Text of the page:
Health topic

Lung cancer

Lung cancer is the second most common cancer in both men and women1

Lung cancer is the leading cause of cancer death, making up almost 25% of all cancer deaths. In the United States, approximately 1 in 15 men and 1 in 17 women will be diagnosed with lung cancer in their lifetime. In 2021, the American Cancer Society estimates about 235,760 new cases of lung cancer and projects over 131,000 deaths.1

Lung cancer is as distinct as each individual patient

There are many types of cancer that can start in the lung or related structures. Each type of lung cancer can behave differently. Oncologists who specialize in lung cancer work closely with pathologists to identify the origin and nature of the cancer.  

Lung cancer is divided into two main subtypes, non-small cell lung cancer (NSCLC) and small cell lung cancer (SCLC). Up to 85% of all lung cancers are NSCLC, which can be further subtyped into adenocarcinoma, squamous cell carcinoma and large cell carcinoma.2 The need for accurate classification of these subtypes has been amplified with the introduction of targeted therapies.3

Targeted therapies have shifted the lung cancer treatment paradigm away from being based only on histological subtype, to incorporating subtyping involving oncogenic mutations and fusions.3

Roche is committed to helping identify the best possible treatment for each patient by accurately identifying the type of cancer and the likely course of the illness

Our commitment to lung cancer includes over 40 antibodies/markers that enable pathology labs to deliver accurate results with confidence. With this knowledge, doctors can identify more patients for the right therapy at the right time.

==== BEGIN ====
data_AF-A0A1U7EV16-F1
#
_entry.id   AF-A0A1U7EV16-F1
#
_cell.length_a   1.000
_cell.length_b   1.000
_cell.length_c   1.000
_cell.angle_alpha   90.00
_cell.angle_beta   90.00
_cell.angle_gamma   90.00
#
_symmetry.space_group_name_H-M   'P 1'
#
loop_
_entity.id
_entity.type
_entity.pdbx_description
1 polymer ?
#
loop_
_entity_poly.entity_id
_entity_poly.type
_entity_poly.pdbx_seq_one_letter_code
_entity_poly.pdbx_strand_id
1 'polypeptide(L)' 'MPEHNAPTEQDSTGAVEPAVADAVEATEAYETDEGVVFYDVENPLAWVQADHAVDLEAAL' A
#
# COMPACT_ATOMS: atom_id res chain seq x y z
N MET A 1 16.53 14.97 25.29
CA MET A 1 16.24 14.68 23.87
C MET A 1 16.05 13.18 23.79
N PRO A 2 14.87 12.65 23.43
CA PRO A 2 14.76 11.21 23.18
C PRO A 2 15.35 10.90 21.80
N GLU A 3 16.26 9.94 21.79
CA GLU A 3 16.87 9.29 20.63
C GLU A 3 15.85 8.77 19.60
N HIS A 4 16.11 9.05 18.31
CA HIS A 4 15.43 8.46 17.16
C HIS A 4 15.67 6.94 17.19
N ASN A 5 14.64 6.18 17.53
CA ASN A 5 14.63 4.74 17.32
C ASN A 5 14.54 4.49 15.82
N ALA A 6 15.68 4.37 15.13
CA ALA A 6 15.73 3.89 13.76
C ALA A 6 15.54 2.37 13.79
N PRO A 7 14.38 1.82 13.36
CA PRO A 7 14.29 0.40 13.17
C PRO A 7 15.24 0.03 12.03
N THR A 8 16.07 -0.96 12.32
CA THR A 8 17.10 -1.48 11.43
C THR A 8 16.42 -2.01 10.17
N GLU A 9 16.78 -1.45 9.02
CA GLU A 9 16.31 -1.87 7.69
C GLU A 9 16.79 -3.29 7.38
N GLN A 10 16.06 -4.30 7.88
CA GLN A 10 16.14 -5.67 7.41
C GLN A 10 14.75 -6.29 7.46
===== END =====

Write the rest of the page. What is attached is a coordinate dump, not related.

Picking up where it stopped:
Identifying lung cancer subtypes

A pathologist who is experienced in lung cancer assesses the type of cancer based on histology, what the cells look like under a microscope, and a biomarker profile. A biomarker profile may also be referred to as a molecular profile, genomic profile, or signature profile. Oncologists use other tests to determine the stage, or how far the lung cancer has advanced.

Typical approach to testing in lung cancer

Lung cancer

*If conducting broad molecular testing.

NSCLC

Adenocarcinoma - 40% of NSCLC cases3,4

This is the most common type of lung cancer. Adenocarcinomas tend to have more favorable prognoses than other types of lung cancer. Like other subtypes, this subtype is associated with smoking. But, it is also seen in non-smokers, especially women.

Squamous Cell Carcinoma – 20-30% of NSCLC cases3,4

This type of lung cancer has declined in recent decades, likely because of changes in smoking behavior. It typically occurs in the central part of the lung, along airways, and can eventually form cavities within the lung.

Large Cell Carcinoma – 10-15% of NSCLC cases3,4

Large cell carcinomas are the least common type of NSCLC. They can appear in any part of the lung. This type of cancer is highly likely to spread to other parts of the body.

Neuroendocrine

Small Cell Lung Cancer3,4

This is the most aggressive type of lung cancer. It can rapidly spread to other parts of the body. Because of this, it is difficult to diagnose early.

Carcinoid3,5

This is a rare type of lung cancer that is more common in the younger age group. There are 2 types of carcinoid tumors: typical and atypical. Of the 2, typical are more common, tend to grow slowly, and rarely spread beyond the lungs.

Large Cell Neuroendocrine6

This is a rare, fast-growing tumor that often spreads to lymph nodes and other organs. Primary surgery is an option in some patients. However, there is no standard treatment for this type of lung cancer.

Lung cancer data

lung_cancer_data

Over the past few decades, diagnostic and treatment advances have gradually improved survival rates

lung_cancer_data